learning objectives

• Illustrate isentropic process, for example in terms of adiabtic demangetization

In our Atom on “Adiabatic Processes” (category: the First Law of Thermodynamics), we learned that an adiabatic process is any process occurring without gain or loss of heat within a system. We also learned a monatomic ideal gas expands adiabatically. In this Atom, we discuss an adiabatic cooling process that can be used to cool a gas, as well as whether absolute zero can be obtained in real systems.

### Absolute Zero?

Previously, we learned about the third law of thermodynamics, which states: the entropy of a perfect crystal at absolute zero is exactly equal to zero.

According to the third law, the reason that T=0 cannot be reached is explained as follows: Suppose the temperature of a substance can be reduced in an isentropic process by changing the parameter X from $$\mathrm{X_2}$$ to $$\mathrm{X_1}$$. As an example, one can think of a multistage adiabatic magnetization-demagnetization cycle setup where a magnetic field is switched on and off in a controlled way. (See below. The parameter X in this case would be the magnetization of the gas. )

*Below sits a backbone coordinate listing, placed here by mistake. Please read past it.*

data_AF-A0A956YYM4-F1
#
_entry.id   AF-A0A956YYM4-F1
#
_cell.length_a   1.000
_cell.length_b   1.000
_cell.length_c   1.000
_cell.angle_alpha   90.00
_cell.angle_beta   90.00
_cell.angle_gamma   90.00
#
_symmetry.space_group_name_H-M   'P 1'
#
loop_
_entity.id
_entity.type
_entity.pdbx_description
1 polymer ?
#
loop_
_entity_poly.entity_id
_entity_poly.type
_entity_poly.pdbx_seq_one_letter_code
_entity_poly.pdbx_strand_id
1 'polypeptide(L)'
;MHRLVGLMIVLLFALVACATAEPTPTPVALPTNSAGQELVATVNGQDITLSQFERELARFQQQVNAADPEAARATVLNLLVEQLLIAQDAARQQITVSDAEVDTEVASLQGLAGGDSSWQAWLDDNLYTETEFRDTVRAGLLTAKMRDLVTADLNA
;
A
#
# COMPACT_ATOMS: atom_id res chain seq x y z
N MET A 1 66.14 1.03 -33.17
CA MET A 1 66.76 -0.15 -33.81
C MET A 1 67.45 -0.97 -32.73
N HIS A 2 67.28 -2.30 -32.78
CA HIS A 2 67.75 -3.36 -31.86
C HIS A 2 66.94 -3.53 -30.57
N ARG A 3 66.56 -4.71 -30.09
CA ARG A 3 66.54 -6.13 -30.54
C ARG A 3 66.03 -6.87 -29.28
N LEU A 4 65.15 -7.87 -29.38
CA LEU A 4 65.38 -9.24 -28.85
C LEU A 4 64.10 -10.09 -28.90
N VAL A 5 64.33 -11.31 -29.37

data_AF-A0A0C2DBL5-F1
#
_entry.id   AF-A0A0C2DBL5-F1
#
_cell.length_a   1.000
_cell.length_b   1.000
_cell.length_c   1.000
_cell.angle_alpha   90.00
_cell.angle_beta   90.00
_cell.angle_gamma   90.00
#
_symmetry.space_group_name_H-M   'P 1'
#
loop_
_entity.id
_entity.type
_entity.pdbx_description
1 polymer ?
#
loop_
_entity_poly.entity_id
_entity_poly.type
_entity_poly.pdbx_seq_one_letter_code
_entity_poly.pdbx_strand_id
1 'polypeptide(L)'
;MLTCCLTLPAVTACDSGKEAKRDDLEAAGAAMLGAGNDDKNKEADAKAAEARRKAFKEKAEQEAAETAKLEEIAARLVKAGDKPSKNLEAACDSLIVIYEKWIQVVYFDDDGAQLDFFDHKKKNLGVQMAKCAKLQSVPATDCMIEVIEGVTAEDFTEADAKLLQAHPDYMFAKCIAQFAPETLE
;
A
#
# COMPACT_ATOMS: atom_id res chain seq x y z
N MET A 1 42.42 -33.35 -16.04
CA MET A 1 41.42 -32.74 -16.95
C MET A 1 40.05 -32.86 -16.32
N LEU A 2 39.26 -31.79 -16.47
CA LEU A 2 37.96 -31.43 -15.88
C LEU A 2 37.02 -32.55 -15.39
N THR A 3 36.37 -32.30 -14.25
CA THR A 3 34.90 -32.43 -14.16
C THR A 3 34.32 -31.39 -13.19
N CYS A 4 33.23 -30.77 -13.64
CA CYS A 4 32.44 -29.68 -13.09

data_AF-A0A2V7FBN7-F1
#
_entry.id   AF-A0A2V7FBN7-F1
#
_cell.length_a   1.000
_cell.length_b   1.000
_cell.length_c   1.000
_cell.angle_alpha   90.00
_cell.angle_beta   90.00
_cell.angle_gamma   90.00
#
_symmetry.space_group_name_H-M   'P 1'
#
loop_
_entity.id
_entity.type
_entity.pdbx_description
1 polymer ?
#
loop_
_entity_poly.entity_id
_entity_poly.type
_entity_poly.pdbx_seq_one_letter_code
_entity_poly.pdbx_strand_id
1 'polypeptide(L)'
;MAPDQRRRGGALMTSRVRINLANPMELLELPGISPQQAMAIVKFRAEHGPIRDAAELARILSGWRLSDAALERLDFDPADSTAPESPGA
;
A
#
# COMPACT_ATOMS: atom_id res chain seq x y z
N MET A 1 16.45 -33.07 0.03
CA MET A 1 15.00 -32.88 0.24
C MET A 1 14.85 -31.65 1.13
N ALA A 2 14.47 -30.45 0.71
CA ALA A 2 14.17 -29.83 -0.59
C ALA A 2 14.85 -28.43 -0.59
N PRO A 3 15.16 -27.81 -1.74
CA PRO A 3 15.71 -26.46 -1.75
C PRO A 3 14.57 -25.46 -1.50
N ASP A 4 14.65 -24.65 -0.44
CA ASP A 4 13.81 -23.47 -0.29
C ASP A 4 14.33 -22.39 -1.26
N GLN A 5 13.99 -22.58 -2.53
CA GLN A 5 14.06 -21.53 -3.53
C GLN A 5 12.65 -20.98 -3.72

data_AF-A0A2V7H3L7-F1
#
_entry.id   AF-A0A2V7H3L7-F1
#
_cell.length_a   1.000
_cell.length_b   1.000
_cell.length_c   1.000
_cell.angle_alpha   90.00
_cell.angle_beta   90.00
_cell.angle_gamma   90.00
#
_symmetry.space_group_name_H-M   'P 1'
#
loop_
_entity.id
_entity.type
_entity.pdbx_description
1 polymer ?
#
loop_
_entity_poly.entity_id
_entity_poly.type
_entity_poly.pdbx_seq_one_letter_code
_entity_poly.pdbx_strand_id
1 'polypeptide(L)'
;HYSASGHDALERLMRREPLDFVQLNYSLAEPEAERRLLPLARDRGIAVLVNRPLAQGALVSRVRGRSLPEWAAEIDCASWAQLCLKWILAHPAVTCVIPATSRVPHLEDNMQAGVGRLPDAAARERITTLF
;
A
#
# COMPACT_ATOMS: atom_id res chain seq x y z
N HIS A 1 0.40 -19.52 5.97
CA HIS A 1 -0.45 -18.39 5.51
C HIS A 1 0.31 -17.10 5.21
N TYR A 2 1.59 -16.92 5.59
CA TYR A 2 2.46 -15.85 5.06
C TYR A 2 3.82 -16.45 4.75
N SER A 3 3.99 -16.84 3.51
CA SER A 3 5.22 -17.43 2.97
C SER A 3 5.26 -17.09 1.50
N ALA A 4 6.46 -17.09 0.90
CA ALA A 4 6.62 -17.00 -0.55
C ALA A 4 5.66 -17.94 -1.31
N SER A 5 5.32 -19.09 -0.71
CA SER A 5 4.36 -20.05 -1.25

Assuming an entropy difference at absolute zero, T=0 could be reached in a finite number of steps. However, going back to the third law, at T=0 there is no entropy difference, and therefore an infinite number of stepswould be needed for this process (illustrated in ).

Can Absolute Zero be Reached?: Temperature-Entropy diagram. Horizontal lines represent isentropic processes, while vertical lines represent isothermal processes. Left side: Absolute zero can be reached in a finite number of steps if S(T=0,X1)≠S(T=0, X2). Right: An infinite number of steps is needed since S(0,X1)= S(0,X2).

In simple terms, the cooling scheme mentioned above occurs by repeating the following steps:

1. A strong magnetic field is applied to adiabatically align magnetic moments of the particles in the gas.
2. The magnetic field is reduced adiabatically, and thermal energy of the gas causes “ordered” magnetic moments to become random again.